Recent studies have documented an increase in the incidence of antifungal resistance in newly emerging species closely related to C. albicans, and the coexistence of genotypic variants. Hence, an application of PCR-based molecular typing is crucial in identifying these fungi. Our study used molecular methods to characterize the latest genotypic subgroups of C. albicans and analysed if there was a relationship between the genotypes and the antifungal resistance pattern. The study was conducted in JSS Hospital, Mysuru, Karnataka between July 2018 and December 2020. A total of 1427 Candida species were isolated from clinical samples. Candida albicans were isolated and confirmed using Germ tube test, ID VITEK 2 and PCR (ITS primer). DNA extraction was done using the Hi-Media Yeast DNA Extraction Kit. The amplified products were analysed using Agarose gel electrophoresis (2%). Among 1427 Candida species, 282 were Candida albicans. The following resistance was exhibited to major antifungals – Caspofungin (3.5%), Amphotericin B (1.4%), flucytosine (2.8%) Fluconazole (6%) Micafungin (2.8%) Voriconazole (3.1%) and all were sensitive to miconazole. ABC genotyping showed Genotype A (450 bp) predominant (87.58%) followed by genotype B (840bp) (9.92 %) and genotype C (450bp and 840 bp) (0.2%). Genotype D and E were not observed. Our study showed the growing antifungal resistance in clinical isolates. Genotype A was predominant in South Karnataka region followed by Genotype B and C. There was no correlation between genotyping and antifungal resistance. However, a study with greater number of samples from diverse geographical locations may give more insight.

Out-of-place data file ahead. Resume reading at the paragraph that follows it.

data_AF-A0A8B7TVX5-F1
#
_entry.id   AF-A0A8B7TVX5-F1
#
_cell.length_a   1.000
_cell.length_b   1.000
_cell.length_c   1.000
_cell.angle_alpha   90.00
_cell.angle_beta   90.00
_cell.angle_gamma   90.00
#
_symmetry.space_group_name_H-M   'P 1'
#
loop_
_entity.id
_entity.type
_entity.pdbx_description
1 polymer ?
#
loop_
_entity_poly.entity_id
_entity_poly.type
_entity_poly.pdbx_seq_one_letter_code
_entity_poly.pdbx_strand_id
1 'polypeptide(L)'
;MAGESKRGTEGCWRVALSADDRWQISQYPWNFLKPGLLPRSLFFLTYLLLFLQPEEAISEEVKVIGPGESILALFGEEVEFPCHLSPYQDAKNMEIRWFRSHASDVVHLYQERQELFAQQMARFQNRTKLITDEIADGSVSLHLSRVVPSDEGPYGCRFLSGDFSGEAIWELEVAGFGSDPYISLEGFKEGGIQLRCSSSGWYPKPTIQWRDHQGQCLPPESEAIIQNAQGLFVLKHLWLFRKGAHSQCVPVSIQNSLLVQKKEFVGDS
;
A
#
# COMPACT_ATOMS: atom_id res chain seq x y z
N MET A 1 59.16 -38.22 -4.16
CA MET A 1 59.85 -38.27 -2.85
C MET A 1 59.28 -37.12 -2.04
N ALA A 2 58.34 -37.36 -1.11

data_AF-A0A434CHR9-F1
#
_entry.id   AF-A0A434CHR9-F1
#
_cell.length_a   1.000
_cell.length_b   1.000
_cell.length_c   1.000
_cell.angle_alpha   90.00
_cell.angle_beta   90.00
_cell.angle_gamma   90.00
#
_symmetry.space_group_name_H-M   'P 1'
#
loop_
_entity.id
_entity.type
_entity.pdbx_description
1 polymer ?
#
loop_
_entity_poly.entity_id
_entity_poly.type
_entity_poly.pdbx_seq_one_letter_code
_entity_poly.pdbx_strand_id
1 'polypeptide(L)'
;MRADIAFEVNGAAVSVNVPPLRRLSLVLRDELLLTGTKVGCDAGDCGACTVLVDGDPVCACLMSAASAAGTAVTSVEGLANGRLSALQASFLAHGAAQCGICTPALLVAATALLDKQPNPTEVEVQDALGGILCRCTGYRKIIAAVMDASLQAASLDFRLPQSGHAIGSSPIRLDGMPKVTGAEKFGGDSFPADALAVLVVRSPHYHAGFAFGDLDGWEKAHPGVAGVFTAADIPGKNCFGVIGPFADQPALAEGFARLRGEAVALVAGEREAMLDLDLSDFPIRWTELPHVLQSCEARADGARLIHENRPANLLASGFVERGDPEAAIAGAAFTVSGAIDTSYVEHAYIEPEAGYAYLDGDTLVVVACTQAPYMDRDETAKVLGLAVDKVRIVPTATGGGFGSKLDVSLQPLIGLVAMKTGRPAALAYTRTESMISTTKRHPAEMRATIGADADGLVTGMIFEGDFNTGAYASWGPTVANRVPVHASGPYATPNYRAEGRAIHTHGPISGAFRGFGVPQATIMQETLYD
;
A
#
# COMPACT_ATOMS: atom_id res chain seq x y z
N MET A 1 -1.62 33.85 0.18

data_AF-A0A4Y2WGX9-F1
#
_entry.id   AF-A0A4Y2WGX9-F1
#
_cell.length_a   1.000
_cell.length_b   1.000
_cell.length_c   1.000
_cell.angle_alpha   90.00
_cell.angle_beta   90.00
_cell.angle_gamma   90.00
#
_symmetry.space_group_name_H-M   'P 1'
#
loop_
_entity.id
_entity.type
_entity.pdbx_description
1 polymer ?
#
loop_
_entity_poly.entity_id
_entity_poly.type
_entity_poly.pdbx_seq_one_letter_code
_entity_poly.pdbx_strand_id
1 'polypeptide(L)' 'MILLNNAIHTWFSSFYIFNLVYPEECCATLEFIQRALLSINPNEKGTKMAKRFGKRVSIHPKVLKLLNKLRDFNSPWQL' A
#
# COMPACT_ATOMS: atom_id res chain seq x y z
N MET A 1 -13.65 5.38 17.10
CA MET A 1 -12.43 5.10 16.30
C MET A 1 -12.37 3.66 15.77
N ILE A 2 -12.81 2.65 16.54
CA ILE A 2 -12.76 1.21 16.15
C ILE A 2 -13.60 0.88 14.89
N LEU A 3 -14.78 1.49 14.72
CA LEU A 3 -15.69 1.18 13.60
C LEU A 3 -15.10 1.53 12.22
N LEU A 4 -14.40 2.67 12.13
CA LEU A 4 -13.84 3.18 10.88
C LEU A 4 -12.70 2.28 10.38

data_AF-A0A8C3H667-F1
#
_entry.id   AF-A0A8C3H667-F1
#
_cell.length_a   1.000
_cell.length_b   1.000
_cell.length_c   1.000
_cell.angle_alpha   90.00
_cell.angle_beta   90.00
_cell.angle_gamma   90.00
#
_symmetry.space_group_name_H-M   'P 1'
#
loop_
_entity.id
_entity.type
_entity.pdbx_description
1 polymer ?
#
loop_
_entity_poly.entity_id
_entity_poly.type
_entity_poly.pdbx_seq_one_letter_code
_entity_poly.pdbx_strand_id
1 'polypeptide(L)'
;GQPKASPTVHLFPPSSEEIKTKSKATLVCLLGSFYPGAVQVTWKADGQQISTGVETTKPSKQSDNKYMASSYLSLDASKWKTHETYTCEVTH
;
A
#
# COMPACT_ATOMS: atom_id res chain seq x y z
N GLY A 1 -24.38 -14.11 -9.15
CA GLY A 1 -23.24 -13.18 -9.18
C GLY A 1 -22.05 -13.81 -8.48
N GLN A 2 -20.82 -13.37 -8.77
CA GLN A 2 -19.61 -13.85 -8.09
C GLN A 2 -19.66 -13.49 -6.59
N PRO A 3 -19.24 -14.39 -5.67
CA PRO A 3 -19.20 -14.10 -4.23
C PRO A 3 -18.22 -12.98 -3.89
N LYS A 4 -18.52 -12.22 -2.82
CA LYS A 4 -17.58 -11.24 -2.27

Antifungal susceptibility, clinical isolates, Candida albicans, Genotype A, Genotype B, Genotype C, Genotyping, Karnataka, South Indian region
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